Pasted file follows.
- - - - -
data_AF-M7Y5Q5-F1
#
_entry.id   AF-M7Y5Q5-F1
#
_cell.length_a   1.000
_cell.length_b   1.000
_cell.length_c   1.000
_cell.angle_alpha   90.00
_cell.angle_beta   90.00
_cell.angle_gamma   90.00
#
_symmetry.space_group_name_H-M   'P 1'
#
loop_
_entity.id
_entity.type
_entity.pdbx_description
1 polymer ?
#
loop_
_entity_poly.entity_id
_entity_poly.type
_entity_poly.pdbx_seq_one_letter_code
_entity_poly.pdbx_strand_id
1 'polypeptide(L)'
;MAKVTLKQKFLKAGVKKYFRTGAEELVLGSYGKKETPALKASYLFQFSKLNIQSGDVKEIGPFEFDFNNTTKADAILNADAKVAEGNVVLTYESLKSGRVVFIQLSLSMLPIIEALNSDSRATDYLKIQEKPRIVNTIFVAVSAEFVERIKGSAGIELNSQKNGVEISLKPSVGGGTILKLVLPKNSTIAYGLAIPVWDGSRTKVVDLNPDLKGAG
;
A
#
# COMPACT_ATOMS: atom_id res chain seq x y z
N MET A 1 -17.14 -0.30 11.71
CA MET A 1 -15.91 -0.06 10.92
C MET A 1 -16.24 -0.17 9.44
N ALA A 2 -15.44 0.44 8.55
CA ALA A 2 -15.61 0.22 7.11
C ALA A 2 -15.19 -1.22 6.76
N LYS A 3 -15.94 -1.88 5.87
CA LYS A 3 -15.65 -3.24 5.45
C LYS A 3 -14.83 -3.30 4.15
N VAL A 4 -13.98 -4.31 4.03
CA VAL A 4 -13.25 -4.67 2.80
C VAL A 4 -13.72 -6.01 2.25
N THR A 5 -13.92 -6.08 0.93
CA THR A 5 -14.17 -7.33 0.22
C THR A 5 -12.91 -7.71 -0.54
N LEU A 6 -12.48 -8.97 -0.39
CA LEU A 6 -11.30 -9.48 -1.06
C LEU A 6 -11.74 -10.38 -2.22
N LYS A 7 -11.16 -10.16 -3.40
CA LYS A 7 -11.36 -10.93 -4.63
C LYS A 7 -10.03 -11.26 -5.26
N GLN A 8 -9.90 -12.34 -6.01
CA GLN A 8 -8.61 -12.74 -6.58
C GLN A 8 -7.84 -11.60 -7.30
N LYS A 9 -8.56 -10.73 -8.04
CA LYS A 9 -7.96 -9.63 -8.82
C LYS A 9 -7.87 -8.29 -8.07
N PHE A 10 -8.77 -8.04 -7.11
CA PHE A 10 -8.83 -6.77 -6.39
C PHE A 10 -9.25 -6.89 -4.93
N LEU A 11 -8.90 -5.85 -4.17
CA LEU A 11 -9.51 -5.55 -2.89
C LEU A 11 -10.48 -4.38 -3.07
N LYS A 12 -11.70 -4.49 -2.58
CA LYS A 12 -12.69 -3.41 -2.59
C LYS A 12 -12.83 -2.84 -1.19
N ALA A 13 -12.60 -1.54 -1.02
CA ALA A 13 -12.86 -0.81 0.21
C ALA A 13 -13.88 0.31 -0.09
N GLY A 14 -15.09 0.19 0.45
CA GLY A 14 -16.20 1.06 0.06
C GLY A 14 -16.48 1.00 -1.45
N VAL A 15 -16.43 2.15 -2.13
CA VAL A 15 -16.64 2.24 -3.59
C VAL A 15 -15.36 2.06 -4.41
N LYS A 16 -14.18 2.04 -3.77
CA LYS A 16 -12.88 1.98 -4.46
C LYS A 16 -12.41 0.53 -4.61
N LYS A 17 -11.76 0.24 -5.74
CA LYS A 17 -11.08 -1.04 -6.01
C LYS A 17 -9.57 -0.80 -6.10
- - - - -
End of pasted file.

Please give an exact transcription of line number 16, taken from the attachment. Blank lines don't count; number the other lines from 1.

_entity.type